The lake I am on has only one deep section really suitable for surfing (>8') but it tends to get a lot of traffic and huge party rafts that put it off limits a lot of the time. Thus I'm playing with the best setup for a 5' - 6' stretch that gets a little less use. Around 4' it seems pretty dire, but I get a decent wake when the water is a little deeper. I surf goofy and I've got an '07 LSV with 750 in the back, 400 behind the driver and 400 in the ski locker and the wakeplate around 50 to 75% up. In deeper water the speed is around 10 - 10.5 but that feels too fast in the shallows and it seemed like 9 - 9.5 was better. Much slower than that and the wave totally washed out.
If you haven't experienced it firsthand the wake really loses drive and diminishes in height when you hit the 8' mark. Below 5' it seems to have trouble even forming and gets really washy. As I mentioned above it seemed to help by dropping the speed to steepen the wave up a bit. My Red Tide is definitely more forgiving than my Blue Lake on the shallow water wake.
Any suggestions for further optimizing my shallow water setup?
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Thread: Shallow water strategies?
09-22-2008, 09:12 PM #1Member
- Join Date
- Jun 2008
- Aurora, IL
Shallow water strategies?
09-23-2008, 09:30 AM #2
I have no idea, but I did notice when we were at the Tampa Jam that everybody was losing their beautiful wake/wave in the same area of the lake. I was a little surprised by how much different a few feet of depth can make. This is an excellent topic if anyone has any insight. Thanks for raising it.My Mom said I'm not allowed to get wet!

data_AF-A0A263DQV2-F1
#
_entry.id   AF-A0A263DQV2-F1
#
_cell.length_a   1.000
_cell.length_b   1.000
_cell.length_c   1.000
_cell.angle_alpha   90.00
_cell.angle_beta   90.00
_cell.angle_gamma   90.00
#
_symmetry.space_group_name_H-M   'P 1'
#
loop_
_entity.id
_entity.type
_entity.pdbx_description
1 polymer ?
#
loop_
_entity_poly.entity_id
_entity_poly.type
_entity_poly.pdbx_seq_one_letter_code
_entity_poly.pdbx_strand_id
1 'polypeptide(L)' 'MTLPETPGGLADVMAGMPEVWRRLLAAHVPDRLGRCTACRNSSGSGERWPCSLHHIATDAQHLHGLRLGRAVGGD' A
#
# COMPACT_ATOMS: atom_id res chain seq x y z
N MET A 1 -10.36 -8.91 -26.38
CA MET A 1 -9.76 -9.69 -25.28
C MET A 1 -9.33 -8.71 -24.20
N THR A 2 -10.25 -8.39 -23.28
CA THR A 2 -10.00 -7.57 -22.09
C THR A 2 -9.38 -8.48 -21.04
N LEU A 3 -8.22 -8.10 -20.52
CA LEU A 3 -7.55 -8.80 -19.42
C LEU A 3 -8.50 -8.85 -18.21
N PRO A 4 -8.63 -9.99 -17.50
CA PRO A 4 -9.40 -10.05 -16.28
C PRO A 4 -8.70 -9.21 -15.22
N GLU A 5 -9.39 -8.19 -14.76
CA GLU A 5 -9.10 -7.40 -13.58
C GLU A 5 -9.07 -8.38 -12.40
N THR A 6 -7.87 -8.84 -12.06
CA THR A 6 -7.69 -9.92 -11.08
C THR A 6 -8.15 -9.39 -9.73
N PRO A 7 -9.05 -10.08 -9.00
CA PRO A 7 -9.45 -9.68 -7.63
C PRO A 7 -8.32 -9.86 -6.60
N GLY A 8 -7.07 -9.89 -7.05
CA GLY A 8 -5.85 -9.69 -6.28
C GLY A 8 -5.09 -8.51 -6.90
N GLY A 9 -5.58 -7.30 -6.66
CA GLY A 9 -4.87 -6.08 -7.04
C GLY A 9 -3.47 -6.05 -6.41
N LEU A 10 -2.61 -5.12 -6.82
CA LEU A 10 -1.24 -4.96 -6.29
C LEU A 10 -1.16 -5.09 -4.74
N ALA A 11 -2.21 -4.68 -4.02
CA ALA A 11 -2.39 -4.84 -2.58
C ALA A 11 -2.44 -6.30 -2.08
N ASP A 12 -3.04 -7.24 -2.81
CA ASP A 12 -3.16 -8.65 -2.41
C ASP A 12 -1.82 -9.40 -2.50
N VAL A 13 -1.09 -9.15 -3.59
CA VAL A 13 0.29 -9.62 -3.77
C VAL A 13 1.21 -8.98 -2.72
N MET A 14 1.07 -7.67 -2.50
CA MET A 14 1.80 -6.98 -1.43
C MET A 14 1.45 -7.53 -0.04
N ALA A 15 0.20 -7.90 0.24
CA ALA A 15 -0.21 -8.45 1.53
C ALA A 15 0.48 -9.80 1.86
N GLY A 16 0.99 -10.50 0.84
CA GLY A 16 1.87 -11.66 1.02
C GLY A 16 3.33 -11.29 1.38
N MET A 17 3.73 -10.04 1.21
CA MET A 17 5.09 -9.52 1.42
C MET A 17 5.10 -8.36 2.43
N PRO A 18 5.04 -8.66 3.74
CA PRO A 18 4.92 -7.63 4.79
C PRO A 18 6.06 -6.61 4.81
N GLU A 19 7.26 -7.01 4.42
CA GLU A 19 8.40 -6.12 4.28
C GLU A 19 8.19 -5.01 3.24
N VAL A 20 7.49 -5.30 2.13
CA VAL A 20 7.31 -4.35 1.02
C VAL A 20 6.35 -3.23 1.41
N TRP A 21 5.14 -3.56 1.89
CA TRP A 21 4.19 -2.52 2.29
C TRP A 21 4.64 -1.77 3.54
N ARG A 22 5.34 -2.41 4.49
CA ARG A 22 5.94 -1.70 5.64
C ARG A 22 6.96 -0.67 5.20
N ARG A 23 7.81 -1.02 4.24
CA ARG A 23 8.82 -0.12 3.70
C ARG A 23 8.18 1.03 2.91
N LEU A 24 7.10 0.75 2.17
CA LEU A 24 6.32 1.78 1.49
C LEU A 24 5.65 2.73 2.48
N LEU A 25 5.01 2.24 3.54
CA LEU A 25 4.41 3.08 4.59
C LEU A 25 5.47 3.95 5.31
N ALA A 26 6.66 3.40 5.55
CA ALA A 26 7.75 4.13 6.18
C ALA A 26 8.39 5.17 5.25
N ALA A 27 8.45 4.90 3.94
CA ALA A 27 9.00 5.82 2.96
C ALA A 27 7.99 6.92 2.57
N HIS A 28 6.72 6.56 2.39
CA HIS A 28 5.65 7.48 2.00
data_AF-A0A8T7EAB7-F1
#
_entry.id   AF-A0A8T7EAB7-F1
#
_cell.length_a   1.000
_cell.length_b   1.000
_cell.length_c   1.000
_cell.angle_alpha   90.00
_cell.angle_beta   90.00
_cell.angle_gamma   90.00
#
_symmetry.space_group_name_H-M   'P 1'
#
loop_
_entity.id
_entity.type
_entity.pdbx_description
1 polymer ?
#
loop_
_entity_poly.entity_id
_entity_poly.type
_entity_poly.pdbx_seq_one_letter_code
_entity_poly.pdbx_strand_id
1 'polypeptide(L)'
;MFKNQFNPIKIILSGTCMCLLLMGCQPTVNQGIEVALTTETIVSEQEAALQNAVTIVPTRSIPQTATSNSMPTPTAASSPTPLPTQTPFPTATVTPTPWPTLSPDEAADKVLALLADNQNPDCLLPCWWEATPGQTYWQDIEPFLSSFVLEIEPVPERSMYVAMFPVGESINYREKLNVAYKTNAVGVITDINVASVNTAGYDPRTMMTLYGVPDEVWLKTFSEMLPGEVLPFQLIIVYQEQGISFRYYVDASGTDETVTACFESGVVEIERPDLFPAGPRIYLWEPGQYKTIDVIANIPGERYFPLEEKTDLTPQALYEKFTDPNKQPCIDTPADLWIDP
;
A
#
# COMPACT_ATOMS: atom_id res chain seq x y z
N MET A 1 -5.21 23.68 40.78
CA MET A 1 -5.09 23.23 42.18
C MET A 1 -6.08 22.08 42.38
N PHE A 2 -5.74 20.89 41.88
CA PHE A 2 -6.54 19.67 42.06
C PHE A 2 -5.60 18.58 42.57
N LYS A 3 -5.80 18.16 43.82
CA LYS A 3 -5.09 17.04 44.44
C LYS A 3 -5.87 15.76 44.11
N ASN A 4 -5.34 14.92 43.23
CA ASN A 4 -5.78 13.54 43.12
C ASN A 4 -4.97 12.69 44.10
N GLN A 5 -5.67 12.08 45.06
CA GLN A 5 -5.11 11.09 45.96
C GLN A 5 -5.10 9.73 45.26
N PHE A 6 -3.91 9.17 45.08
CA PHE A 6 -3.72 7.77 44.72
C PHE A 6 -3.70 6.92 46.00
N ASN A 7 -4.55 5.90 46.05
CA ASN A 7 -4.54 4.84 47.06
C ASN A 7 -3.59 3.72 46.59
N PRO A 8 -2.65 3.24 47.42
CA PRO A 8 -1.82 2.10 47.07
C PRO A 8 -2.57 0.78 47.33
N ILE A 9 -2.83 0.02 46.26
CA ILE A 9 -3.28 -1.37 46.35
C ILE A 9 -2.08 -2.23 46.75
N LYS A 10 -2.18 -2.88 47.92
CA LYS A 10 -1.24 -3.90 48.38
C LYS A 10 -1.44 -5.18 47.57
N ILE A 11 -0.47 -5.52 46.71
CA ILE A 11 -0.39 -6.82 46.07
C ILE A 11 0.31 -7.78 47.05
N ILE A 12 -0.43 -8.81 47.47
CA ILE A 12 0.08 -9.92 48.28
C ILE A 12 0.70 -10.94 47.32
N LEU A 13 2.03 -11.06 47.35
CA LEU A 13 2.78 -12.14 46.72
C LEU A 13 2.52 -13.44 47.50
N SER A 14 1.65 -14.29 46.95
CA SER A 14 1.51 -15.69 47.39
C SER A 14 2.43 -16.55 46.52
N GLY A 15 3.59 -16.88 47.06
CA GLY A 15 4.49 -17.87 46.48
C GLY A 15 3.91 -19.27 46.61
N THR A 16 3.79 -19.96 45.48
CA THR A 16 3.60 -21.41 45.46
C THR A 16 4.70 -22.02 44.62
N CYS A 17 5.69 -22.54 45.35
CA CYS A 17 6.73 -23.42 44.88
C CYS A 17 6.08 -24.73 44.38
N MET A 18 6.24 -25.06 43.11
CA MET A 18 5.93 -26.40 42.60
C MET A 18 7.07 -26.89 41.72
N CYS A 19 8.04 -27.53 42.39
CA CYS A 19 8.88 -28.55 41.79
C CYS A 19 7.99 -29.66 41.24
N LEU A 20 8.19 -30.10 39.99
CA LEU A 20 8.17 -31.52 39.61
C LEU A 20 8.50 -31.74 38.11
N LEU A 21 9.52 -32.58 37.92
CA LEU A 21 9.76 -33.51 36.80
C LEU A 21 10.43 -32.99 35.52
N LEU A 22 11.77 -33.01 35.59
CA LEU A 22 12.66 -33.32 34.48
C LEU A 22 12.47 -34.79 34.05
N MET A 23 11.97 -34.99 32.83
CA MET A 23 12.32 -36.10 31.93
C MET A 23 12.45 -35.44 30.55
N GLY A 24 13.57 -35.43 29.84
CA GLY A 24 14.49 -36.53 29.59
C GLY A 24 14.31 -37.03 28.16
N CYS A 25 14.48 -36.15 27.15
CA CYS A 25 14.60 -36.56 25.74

2000 Outback LS (sold)
09-23-2008, 09:43 AM #3Member
- Join Date
- Jun 2004
I personally do have some experience with this as we sometimes surf in a shallow-ish river nearby. When you're in 5-6' of water, less is more. The more weight you have in the boat, the more water you displace and the water hits bottom before it has time to come up swelling. So try a little less weight, just enough to displace maybe 4 or 5 feet, that way the water has room to come up and swell properly. I hope this makes sense. You may have to play with it a bit, but it is pretty hard when the depth is less than 8 feet in my experience. In fact, with a lot of weight, 10 feet or better is ideal.
09-23-2008, 09:45 AM #4
so far my experience is that you just need depth to create a wave, i can tell as soon as we hit a shallow area--the wave just disappears and then when we hit a little deeper it forms again.-sorry not much help but i just dont think you will get a wave in shallow water.Hey, Its Moomba time
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09-23-2008, 09:16 PM #5
man, never knew this was an issue.
the lake we surf at in the early spring is 30-35ft deep, and the one in the summer drops off quickly to 100ft about 75ft off the banks, and is a minimum of 150ft deep in the middle, with most over 200ft.